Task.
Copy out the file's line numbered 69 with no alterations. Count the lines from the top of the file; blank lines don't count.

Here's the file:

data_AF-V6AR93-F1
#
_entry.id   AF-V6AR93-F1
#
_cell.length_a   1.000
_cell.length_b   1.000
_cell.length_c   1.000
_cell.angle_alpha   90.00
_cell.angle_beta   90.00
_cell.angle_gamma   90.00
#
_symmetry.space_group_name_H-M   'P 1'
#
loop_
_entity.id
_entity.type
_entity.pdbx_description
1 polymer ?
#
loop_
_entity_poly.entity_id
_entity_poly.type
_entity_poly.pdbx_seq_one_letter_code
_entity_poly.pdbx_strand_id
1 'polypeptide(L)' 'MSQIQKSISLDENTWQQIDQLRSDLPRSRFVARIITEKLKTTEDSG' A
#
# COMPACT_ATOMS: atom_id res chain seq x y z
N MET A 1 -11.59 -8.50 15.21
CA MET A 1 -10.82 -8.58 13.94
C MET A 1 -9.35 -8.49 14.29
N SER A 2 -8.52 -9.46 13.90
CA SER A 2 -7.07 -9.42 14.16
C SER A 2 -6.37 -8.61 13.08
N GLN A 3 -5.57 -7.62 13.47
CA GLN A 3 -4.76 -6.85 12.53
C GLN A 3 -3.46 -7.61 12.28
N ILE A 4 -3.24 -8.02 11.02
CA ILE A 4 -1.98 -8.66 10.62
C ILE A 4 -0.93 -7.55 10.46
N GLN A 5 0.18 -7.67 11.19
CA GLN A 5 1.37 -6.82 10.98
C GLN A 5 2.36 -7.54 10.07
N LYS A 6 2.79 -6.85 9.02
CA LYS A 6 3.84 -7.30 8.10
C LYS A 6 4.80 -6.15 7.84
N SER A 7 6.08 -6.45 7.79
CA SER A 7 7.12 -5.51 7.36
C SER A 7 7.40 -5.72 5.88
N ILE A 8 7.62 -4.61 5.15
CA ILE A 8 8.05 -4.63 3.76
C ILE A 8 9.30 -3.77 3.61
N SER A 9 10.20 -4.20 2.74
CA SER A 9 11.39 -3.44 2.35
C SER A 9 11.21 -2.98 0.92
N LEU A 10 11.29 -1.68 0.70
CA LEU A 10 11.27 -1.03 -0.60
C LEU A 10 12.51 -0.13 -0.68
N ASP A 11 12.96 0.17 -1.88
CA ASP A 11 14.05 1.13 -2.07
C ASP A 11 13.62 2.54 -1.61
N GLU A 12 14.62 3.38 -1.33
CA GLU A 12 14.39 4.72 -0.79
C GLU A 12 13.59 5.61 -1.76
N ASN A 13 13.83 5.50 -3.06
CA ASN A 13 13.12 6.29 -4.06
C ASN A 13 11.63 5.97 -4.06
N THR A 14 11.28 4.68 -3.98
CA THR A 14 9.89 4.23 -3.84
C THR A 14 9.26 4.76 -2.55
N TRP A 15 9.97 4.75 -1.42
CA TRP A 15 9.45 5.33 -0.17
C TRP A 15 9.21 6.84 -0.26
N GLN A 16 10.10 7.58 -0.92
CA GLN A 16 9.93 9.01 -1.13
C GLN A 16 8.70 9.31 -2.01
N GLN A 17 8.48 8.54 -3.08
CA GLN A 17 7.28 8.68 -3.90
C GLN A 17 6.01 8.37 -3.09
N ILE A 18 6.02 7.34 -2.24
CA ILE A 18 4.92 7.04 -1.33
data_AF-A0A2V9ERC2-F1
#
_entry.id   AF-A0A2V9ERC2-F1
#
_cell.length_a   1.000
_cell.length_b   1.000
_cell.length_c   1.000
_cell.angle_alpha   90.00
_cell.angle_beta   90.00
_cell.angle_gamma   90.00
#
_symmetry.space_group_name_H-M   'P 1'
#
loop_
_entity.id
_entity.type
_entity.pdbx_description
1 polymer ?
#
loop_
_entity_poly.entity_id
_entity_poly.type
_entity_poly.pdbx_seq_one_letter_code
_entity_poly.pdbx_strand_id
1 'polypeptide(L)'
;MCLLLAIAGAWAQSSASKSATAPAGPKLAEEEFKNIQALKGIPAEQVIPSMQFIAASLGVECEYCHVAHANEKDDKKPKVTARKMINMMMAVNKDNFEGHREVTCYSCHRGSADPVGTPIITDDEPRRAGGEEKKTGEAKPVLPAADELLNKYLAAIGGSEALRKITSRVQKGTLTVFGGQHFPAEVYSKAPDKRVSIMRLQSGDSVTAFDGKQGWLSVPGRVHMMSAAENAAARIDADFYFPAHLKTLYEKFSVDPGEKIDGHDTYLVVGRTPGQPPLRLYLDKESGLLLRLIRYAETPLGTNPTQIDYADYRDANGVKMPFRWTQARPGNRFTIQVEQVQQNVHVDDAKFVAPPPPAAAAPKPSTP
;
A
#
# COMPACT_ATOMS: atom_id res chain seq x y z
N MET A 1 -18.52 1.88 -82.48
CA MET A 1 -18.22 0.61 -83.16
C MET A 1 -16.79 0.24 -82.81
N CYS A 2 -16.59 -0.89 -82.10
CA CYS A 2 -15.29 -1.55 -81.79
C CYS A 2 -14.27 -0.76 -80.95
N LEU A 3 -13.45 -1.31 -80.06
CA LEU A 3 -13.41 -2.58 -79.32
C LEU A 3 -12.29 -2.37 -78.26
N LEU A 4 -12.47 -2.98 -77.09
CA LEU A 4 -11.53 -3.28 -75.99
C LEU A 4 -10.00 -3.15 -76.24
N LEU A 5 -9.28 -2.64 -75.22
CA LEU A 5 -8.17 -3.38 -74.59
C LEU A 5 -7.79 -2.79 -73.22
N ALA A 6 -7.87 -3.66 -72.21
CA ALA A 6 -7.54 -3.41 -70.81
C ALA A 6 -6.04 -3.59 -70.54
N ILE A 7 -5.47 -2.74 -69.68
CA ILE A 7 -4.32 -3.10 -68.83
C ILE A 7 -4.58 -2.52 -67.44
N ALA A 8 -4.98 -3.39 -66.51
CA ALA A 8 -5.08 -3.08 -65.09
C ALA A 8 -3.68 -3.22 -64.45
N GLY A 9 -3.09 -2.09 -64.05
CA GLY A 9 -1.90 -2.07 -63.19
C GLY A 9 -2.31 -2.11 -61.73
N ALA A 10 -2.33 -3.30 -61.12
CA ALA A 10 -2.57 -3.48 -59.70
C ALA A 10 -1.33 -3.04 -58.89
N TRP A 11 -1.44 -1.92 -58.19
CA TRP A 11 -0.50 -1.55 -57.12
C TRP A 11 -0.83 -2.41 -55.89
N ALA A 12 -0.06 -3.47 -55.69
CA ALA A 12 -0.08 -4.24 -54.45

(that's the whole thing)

C THR A 14 9.26 4.76 -2.55